What to make of highly unrealistic models? This is one of the big questions in contemporary philosophy of science, especially in philosophy of economics and biology.
Two sets of issues are relevant to answering this question. The first has to do with the ways in which highly unrealistic models should be characterized and the numerous ways in which models can be unrealistic. The key concepts here include those of representation and target, truth and falsity, abstraction and isolation, idealization and simplification, etc. Recent literature on models exhibits conceptual and terminological diversity and disagreement in characterizing unrealistic models. Different authors use different names to refer to highly unrealistic models: 'toy model', 'fictional model', 'minimal model', 'non-representative model', 'model without a target', 'substitute model', etc. Moreover, they sometimes use the same name to refer to different types of models. Neither the precise meanings nor the relations between these notions are clear in the literature.
The second set of issues has to do with the functions and uses of such unrealistic models. What purposes can they serve, and what purposes are actually pursued when using them? The main body of literature points to representational quality as grounding explanatory capacity despite abstraction, isolation, simplification and idealization. Others dispute this idea. Moreover, highly unrealistic models can serve other possible functions, next to their explanatory uses. Debates concerning the appropriate uses of highly unrealistic models need some tidying up.
TINT will host a workshop in Helsinki on 12-13 October 2017 in order to sort out some of the ambiguities and confusions in the literature and to contribute to a better understanding of the interpretations and uses of highly abstract and idealizing models. We are particularly interested in papers that (i) clarify the meaning of commonly used terms such as toy model, minimal model, fictional model, substitute model, etc, and that (ii) clarify the arguments for and against such models having explanatory import or some other epistemic or non-epistemic function. Papers that focus on and compare highly unrealistic models in economics and biology are particularly welcome.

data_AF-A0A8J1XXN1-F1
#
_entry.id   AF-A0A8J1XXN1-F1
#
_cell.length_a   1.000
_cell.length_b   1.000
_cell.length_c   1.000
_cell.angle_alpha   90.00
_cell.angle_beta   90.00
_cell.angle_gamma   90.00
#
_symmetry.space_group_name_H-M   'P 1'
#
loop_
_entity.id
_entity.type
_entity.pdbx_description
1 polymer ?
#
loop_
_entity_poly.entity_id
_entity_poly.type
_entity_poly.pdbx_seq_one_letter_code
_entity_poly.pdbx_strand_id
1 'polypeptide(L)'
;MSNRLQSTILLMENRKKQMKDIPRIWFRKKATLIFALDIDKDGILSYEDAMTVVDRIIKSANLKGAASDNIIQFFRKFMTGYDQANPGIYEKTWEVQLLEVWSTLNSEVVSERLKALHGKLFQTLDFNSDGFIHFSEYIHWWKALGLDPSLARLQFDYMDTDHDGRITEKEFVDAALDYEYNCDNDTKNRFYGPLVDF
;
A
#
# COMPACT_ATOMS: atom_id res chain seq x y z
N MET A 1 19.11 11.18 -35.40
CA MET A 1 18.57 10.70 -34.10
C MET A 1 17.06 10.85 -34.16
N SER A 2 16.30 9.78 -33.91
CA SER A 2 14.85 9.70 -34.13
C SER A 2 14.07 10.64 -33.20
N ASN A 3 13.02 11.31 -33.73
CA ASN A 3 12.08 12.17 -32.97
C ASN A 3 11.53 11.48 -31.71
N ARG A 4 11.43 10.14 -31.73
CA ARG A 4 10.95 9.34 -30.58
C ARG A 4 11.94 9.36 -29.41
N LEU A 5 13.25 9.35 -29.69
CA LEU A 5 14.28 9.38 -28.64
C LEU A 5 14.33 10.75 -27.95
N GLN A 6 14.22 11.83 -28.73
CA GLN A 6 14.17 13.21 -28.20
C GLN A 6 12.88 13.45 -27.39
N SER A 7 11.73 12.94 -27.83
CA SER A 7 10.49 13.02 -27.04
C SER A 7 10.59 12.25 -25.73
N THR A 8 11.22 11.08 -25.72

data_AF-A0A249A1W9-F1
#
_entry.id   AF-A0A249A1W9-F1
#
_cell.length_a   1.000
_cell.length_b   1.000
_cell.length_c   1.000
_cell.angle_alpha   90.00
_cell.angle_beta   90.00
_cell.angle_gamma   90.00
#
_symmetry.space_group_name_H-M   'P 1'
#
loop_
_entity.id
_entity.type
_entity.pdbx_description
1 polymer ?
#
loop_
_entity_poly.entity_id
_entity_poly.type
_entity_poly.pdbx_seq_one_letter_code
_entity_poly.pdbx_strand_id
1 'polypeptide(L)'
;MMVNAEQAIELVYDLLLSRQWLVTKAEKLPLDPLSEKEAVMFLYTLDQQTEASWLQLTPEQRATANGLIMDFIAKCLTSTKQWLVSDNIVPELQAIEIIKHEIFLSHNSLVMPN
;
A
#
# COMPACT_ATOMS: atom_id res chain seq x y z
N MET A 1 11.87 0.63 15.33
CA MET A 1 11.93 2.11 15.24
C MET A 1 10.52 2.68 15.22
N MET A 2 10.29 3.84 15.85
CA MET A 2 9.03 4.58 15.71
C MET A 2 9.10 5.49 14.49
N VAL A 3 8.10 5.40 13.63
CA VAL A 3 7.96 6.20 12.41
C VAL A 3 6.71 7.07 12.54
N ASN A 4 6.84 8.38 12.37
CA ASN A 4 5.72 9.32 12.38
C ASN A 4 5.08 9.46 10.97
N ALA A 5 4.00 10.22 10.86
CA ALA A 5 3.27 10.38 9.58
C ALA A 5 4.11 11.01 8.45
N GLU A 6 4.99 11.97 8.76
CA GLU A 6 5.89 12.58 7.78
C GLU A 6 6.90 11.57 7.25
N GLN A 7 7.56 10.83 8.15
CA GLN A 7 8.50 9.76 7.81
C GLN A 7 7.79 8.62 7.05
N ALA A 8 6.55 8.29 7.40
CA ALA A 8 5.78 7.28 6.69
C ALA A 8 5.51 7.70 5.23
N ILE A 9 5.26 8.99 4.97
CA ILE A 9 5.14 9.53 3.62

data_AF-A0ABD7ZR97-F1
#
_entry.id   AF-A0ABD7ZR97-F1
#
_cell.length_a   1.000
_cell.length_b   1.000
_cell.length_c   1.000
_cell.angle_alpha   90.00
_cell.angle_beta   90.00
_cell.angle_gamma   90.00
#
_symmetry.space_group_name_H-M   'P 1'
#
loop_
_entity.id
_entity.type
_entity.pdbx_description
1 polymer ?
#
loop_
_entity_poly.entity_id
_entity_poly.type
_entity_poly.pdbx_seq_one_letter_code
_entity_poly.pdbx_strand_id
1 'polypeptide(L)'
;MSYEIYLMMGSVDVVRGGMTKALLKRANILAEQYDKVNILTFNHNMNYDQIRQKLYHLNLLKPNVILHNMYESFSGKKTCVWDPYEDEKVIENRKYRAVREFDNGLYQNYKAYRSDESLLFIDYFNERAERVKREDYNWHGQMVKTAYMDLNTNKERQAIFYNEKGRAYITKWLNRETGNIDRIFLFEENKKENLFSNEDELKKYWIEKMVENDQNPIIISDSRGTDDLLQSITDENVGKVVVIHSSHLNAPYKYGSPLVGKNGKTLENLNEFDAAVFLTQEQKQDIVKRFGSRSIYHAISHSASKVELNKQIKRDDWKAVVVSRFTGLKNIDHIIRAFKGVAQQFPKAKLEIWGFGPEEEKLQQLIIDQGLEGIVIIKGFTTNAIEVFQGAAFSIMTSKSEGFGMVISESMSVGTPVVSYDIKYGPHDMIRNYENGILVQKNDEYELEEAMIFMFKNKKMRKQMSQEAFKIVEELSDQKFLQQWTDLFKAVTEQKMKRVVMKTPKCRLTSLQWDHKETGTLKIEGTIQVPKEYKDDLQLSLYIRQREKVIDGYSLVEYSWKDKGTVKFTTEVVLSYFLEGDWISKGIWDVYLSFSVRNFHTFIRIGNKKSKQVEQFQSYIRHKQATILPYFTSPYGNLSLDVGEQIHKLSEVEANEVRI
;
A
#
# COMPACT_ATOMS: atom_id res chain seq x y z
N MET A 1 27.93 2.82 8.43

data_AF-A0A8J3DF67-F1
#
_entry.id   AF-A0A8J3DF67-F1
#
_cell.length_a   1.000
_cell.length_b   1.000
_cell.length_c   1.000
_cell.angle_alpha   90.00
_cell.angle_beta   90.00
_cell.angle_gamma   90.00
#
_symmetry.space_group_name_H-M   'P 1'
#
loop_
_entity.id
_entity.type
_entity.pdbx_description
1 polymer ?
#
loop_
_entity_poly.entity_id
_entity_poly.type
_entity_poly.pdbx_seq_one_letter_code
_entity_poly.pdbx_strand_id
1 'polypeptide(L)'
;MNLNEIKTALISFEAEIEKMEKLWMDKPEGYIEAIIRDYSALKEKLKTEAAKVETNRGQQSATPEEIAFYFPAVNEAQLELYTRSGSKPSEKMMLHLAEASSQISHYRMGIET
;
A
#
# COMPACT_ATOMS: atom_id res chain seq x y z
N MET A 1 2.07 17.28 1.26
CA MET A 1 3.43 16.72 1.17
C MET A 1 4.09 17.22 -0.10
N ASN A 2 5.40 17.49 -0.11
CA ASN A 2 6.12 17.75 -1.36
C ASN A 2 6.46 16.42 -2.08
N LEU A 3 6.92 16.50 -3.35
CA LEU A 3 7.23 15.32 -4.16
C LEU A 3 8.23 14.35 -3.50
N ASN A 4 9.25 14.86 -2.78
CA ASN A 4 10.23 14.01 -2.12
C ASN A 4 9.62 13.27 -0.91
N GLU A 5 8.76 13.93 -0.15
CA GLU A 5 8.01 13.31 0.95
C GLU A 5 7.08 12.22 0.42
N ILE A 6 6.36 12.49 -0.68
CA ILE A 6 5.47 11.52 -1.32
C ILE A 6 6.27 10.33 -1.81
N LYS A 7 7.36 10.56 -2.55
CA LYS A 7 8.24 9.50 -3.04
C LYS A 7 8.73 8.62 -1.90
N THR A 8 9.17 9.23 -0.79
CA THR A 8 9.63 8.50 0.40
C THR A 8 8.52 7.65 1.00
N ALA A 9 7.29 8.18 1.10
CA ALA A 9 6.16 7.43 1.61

If you would like to join us please send an extended abstract (750 - 1000 words) before 15 August 2017 to N. Emrah Aydinonat (firstname.lastname@example.org). We plan to publish a selection of papers from the symposium as a journal's special issue. For this reason, authors accepted for the workshop are required to submit an extended summary of their argument (2000 - 2500 words) before the event. Extended summaries will be distributed to all participants in advance. The workshop will consist of short presentations followed by extensive discussion.
Location: University of Helsinki, Helsinki, Finland
Date: 12-13 October 2017
Deadline for abstract submission: 15 August 2017
Announcement of accepted abstracts: 1 September 2017
Deadline for the extended summary: 1 October 2017
N. Emrah Aydinonat, Till Grüne-Yanoff and Uskali Mäki